Alternative fee arrangements (AFA) are now well-established in our profession. In-house counsel like the better cost certainty and outside counsel, well, we like to have the work. (For purposes of this discussion, an alternative fee is any deal struck for legal services other than on an hourly basis.) Let’s discuss some of the keys to a successful alternative fee arrangement.
It may seem obvious, but an important step to any successful AFA engagement is defining the scope of the project. In-house counsel set the initial scope and then outside counsel reaffirm or challenge the scope and fee around the project (especially if it is a fixed fee). From experience, especially for non-routine matters, taking a hypothetical matter with your execution team from beginning to end is a good way to anticipate scope issues. This exercise usually challenges assumptions made by all parties and can affect the final scope and expectations. It is equally important to determine what is out of scope. Be aware: in practice, the scope of an engagement can and often does change over time. Additionally, communication between the parties during a project about scope change is central to a successful AFA project.
Implementation of legal project management (LPM) also is vital to an arrangement. Many law firms now employ LPM managers who are often (but not always) non-lawyers specializing in scoping projects, helping with staffing plans and managing workers so that the “actual” work performed does not exceed the budget. Ironically, most law firms create budgets by estimating hours worked and then track “actual” to “budget” by checking assigned hours and rates against the budget total dollars for the AFA.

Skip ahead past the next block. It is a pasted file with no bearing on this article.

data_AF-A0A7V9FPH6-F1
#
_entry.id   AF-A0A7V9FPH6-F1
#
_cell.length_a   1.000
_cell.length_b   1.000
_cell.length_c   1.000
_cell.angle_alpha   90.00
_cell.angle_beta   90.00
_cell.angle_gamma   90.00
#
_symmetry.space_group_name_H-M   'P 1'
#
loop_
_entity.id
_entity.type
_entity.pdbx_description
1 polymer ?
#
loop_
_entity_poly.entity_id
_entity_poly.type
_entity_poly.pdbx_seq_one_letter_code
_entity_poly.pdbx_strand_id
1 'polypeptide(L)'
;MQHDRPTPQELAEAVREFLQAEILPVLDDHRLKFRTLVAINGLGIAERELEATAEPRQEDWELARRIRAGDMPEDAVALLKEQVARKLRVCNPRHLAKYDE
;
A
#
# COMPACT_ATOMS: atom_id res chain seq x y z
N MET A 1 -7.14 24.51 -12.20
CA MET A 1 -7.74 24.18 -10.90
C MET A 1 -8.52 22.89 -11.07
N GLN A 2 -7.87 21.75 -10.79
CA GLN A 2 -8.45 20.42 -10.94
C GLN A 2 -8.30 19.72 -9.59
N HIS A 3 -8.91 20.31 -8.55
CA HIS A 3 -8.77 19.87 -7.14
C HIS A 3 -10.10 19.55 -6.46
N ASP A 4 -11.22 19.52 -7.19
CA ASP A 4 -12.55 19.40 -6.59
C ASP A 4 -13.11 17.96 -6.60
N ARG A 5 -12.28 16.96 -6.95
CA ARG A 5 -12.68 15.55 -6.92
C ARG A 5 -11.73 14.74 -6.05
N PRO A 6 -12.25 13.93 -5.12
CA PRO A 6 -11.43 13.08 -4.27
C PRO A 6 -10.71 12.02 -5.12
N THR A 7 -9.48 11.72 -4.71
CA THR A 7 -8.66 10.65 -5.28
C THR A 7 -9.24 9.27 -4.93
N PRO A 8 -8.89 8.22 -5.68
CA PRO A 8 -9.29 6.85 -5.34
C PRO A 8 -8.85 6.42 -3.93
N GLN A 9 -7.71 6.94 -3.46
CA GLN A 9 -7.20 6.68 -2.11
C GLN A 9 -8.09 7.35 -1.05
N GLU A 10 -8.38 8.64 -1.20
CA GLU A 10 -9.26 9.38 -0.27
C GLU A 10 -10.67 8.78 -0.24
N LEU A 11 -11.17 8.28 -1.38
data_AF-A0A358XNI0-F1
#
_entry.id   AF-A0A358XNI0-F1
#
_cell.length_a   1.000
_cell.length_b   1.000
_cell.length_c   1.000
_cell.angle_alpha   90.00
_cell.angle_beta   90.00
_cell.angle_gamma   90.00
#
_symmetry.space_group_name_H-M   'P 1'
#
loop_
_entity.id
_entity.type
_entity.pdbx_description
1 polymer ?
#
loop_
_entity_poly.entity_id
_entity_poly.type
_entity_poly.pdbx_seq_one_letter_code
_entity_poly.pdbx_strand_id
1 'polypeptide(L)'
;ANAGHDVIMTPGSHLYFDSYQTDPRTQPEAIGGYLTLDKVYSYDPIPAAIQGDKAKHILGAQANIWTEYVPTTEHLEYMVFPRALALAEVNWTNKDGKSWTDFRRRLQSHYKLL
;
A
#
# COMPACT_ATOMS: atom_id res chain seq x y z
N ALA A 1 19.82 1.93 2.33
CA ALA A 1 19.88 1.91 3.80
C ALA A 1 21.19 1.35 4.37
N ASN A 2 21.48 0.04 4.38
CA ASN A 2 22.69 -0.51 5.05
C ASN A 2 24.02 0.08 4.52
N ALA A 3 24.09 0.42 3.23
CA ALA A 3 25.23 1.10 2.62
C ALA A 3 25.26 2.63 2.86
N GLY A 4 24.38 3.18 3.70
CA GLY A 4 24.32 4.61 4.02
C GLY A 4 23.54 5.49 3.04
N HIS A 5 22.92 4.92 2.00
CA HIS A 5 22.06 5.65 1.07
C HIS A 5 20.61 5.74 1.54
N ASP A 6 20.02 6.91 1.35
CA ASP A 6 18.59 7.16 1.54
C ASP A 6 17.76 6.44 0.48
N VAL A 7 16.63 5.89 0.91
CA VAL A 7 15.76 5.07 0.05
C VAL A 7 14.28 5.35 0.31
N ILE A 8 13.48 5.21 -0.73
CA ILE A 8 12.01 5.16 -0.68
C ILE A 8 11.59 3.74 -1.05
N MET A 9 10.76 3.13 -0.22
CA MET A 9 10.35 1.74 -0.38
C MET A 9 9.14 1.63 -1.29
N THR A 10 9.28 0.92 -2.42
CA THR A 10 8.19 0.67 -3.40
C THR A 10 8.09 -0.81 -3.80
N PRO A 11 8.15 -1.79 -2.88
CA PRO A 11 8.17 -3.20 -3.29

Incorporating the right technology is a must to keep a project on track. Tracking technology should give daily updates on how well the project is progressing and flag when the “actual” to “budget” is going off track for workers. Most importantly, this technology should give notices using “push” technology (i.e., updates that are automatically and regularly sent to the LPM manager, client attorneys and workers without them having to search for the information).
Note that I have used the term “worker” above because another key to successful AFAs is to remain flexible in staffing. The historical way of performing legal work is to include partners, associates and paralegals within the same firm; however, as work has become more competitive, firms are using non-traditional resources. These can include incorporating some element of contract attorneys, legal process outsourcing, non-lawyers, staff attorneys hired to perform certain work without being in the potential “partner pool” and others. All of these resources can be “billed” at non-traditional rates and included in AFA work (and non-AFA work, for that matter).
Finally, the most successful alternative fees are those that align the interests of both sides of the fence. Creating an appropriate fee structure that motivates both parties throughout the engagement is vitally important. Also, greater transparency between buyer and seller is required.
It is helpful to know, for example, in-house counsel’s budget and goals and attempt to match both. Outside counsel should consider giving better visibility into progress on client matters (often through collaborative technology extranets or tools) as well as the ability of a client to view its current legal spend. Fortunately, our profession is still relationship-based, which means that AFAs and shared transparency can help form even stronger partnerships.